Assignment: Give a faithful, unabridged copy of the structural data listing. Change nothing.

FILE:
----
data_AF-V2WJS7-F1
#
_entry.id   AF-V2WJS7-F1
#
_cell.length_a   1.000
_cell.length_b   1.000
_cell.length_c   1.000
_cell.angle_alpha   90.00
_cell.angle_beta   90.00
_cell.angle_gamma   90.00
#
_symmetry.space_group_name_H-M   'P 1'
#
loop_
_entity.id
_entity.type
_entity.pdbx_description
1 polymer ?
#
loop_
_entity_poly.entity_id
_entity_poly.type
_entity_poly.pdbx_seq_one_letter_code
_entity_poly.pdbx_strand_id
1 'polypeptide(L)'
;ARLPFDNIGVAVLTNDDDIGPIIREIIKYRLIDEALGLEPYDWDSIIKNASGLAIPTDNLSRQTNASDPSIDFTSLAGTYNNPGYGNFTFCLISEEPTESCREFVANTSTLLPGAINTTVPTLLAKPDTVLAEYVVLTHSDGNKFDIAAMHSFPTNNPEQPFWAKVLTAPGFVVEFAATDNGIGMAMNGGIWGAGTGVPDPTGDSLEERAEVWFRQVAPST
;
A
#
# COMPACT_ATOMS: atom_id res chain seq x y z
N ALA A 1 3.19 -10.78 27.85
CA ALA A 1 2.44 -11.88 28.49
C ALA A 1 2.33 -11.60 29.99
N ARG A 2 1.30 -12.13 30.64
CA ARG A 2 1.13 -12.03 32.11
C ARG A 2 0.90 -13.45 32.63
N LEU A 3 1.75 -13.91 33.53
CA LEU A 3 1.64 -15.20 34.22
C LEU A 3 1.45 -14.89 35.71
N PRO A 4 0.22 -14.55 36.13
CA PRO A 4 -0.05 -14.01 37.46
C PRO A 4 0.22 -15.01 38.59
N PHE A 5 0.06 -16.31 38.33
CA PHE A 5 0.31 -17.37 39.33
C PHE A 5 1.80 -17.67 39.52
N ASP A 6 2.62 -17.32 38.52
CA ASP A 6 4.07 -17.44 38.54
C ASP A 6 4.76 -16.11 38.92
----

data_AF-V2WJS7-F1
#
_entry.id   AF-V2WJS7-F1
#
_cell.length_a   1.000
_cell.length_b   1.000
_cell.length_c   1.000
_cell.angle_alpha   90.00
_cell.angle_beta   90.00
_cell.angle_gamma   90.00
#
_symmetry.space_group_name_H-M   'P 1'
#
loop_
_entity.id
_entity.type
_entity.pdbx_description
1 polymer ?
#
loop_
_entity_poly.entity_id
_entity_poly.type
_entity_poly.pdbx_seq_one_letter_code
_entity_poly.pdbx_strand_id
1 'polypeptide(L)'
;ARLPFDNIGVAVLTNDDDIGPIIREIIKYRLIDEALGLEPYDWDSIIKNASGLAIPTDNLSRQTNASDPSIDFTSLAGTYNNPGYGNFTFCLISEEPTESCREFVANTSTLLPGAINTTVPTLLAKPDTVLAEYVVLTHSDGNKFDIAAMHSFPTNNPEQPFWAKVLTAPGFVVEFAATDNGIGMAMNGGIWGAGTGVPDPTGDSLEERAEVWFRQVAPST
;
A
#
# COMPACT_ATOMS: atom_id res chain seq x y z
N ALA A 1 3.19 -10.78 27.85
CA ALA A 1 2.44 -11.88 28.49
C ALA A 1 2.33 -11.60 29.99
N ARG A 2 1.30 -12.13 30.64
CA ARG A 2 1.13 -12.03 32.11
C ARG A 2 0.90 -13.45 32.63
N LEU A 3 1.75 -13.91 33.53
CA LEU A 3 1.64 -15.20 34.22
C LEU A 3 1.45 -14.89 35.71
N PRO A 4 0.22 -14.55 36.13
CA PRO A 4 -0.05 -14.01 37.46
C PRO A 4 0.22 -15.01 38.59
N PHE A 5 0.06 -16.31 38.33
CA PHE A 5 0.31 -17.37 39.33
C PHE A 5 1.80 -17.67 39.52
N ASP A 6 2.62 -17.32 38.52
CA ASP A 6 4.07 -17.44 38.54
C ASP A 6 4.76 -16.11 38.92